Ryan Mahoney ’20 Virginia Tech, Environmental Resources Management, working with Maine Coast Heritage Trust which placed me with KELT (Kennebec Estuary Land Trust), posses for a portrait using his photne to lit himself while watching the cosmos from on top of "The Rock" overlooking Meetinghouse Pond at The Coastal Center at Shortridge on July 29, 2019. He states:"As for my little biography, I was born and raised in Reston, Virginia and have lived there my whole life. Now I am going into my senior year at Virginia Tech majoring in 'Environmental Resources Management' and getting minors in 'Forestry' and Watershed Management'. This Summer, I got the opportunity to work with Maine Coast Heritage Trust which placed me with KELT (Kennebec Estuary Land Trsust). I wanted this internship because I knew it would give me experiences in the field of environmental conservation that I otherwise would not have been able to have. Staying at Shortridge this Summer has been an absolute blessing and I will forever cherish my time here forever.""Growing up, I always loved to look at the night sky and stars. When there was a meteor shower or celestial event, my parents would wake me up in the middle of the night and drive me and my siblings out to a field where we could see the sky with the least amount of light pollution possible. Last night at Shortridge was my first time seeing a truly clear night sky with no light pollution and it was absolutely breathtaking. Words cannot do justice for what I saw last night. Looking up, I could see the whole Milky Way, more stars than imaginable, and even space stations or satellites floating in the endless wonder. Standing up on that rock and looking at the intricacies of the universe flushed me with feelings of wonder, astonishment, and excitement. Those moments are the moments I chase in life and I hope to see a sky like that again sometime soon."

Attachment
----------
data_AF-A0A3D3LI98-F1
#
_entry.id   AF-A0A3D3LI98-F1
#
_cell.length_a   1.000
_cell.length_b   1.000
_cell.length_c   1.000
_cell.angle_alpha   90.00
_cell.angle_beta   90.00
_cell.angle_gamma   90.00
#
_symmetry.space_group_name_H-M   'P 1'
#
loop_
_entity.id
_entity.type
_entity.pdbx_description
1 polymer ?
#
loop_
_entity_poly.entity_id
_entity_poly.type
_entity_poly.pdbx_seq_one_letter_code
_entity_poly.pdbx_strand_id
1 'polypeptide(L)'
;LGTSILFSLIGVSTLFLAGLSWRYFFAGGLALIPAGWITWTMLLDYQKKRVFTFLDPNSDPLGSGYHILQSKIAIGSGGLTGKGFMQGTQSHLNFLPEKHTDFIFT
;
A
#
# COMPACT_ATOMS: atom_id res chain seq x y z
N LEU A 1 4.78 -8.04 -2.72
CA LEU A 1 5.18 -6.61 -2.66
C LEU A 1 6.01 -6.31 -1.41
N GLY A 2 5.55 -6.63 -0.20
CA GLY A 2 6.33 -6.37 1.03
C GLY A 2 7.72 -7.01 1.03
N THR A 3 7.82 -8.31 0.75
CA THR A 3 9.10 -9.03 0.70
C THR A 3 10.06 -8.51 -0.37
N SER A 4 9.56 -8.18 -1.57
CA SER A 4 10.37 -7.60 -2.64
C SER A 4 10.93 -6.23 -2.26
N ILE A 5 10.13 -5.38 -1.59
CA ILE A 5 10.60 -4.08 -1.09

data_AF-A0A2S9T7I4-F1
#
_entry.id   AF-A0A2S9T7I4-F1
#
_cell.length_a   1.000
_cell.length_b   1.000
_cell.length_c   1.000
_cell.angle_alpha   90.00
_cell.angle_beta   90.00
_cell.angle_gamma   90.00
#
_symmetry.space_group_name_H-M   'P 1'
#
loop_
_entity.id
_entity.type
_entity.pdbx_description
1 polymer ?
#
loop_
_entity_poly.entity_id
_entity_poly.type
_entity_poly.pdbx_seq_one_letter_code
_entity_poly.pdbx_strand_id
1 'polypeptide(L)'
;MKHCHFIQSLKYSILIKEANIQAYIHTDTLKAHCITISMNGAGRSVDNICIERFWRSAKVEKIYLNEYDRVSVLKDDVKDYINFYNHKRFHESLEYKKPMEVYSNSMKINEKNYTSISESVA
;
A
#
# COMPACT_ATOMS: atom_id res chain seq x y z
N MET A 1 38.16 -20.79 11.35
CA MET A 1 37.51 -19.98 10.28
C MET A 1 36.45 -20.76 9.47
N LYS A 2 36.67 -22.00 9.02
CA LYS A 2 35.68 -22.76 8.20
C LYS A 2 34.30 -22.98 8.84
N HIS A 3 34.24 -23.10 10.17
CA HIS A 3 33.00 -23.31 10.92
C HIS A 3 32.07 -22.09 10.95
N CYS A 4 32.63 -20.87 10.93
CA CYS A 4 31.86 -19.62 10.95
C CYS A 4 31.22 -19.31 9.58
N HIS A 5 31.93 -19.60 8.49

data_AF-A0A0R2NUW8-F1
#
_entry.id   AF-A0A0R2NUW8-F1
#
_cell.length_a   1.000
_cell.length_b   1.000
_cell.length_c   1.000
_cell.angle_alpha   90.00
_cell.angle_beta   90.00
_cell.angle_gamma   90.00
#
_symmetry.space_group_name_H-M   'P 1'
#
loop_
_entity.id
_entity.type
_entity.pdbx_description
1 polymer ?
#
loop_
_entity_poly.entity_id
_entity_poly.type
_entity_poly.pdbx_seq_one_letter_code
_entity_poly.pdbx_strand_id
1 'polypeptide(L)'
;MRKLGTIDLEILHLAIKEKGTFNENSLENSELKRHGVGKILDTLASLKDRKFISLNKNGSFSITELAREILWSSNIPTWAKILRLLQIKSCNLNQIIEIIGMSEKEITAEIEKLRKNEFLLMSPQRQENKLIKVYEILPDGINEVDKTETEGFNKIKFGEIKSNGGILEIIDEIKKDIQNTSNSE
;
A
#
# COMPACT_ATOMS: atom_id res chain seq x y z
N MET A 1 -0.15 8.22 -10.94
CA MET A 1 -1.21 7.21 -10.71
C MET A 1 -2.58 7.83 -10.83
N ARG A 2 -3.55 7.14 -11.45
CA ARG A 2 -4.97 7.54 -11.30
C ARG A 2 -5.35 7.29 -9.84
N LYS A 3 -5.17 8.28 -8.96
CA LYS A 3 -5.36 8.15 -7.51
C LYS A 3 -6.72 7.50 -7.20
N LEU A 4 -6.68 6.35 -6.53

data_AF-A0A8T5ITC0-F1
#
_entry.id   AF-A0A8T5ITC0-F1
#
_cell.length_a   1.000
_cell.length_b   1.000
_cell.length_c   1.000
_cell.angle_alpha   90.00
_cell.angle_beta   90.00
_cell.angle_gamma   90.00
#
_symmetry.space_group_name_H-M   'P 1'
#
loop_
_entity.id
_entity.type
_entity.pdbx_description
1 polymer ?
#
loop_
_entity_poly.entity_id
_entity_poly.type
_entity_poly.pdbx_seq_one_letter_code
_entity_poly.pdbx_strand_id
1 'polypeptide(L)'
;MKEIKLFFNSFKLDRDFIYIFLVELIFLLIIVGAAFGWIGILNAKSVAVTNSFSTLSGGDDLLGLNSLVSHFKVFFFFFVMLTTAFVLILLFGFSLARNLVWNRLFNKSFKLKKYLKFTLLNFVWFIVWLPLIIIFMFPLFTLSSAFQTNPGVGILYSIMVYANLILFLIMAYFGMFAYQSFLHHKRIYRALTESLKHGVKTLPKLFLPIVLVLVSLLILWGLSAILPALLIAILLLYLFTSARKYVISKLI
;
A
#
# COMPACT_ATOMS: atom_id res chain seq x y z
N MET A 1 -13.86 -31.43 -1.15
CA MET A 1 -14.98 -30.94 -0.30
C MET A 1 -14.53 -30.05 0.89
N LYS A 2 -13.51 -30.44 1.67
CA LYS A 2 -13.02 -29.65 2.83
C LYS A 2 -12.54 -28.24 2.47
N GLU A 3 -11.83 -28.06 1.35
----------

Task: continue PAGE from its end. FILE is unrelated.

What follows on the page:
Video: What can you see in the starry Maine sky on a summer night?

Wednesday, August 7, 2019 9:41 am

This time-lapse video, filmed at the college’s Coastal Center at Shortridge, kicks off with sun barreling toward the western horizon. Then the show begins.

NESCAC Heat Poll for July 20–21: Jumbos flip the script

Tuesday, July 23, 2019 12:32 pm

On the hottest two days of the hottest July on record, which NESCAC college were the toastiest?

Professor of Geology Beverly Johnson uses a sediment elevation table to measure the height of the Sprague River Salt Marsh, part of the Bates–Morse Mountain Conservation Area..These data are used to measure the response of the marsh to rising sea level and storm activity, Johnson says. Four years ago, she and her Short Term geology students traveled to the Sprague, where they placed rods deep in the marsh as benchmarks to measure future changes.Show with Laura Sewall (in garnet baseball cap), Harward Center for Community Partnerships, Director of Bates Morse Mountain Conservation Area, and Vanessa Paolella '21 of Dingmen's Ferry, Pa., who has been working with Johnson on geology research over the summer.Also present: Clailre Enterline (in green shirt and blue baseball cap), Research Coordinator with the Maine Coastal Program. And (not in selects but wearing a blue baseball cap and blue shirt) Ellen Bartow-Gieelie, Coastal Fellow with the Maine Coastal Program.
Q&A: Laura Sewall on 11 years as Bates–Morse Mountain director

Friday, July 19, 2019 10:30 am

Sewall shares takeaways from the conservation area, including the role of "blue carbon," the toll of climate change, and the value in letting nature take its course.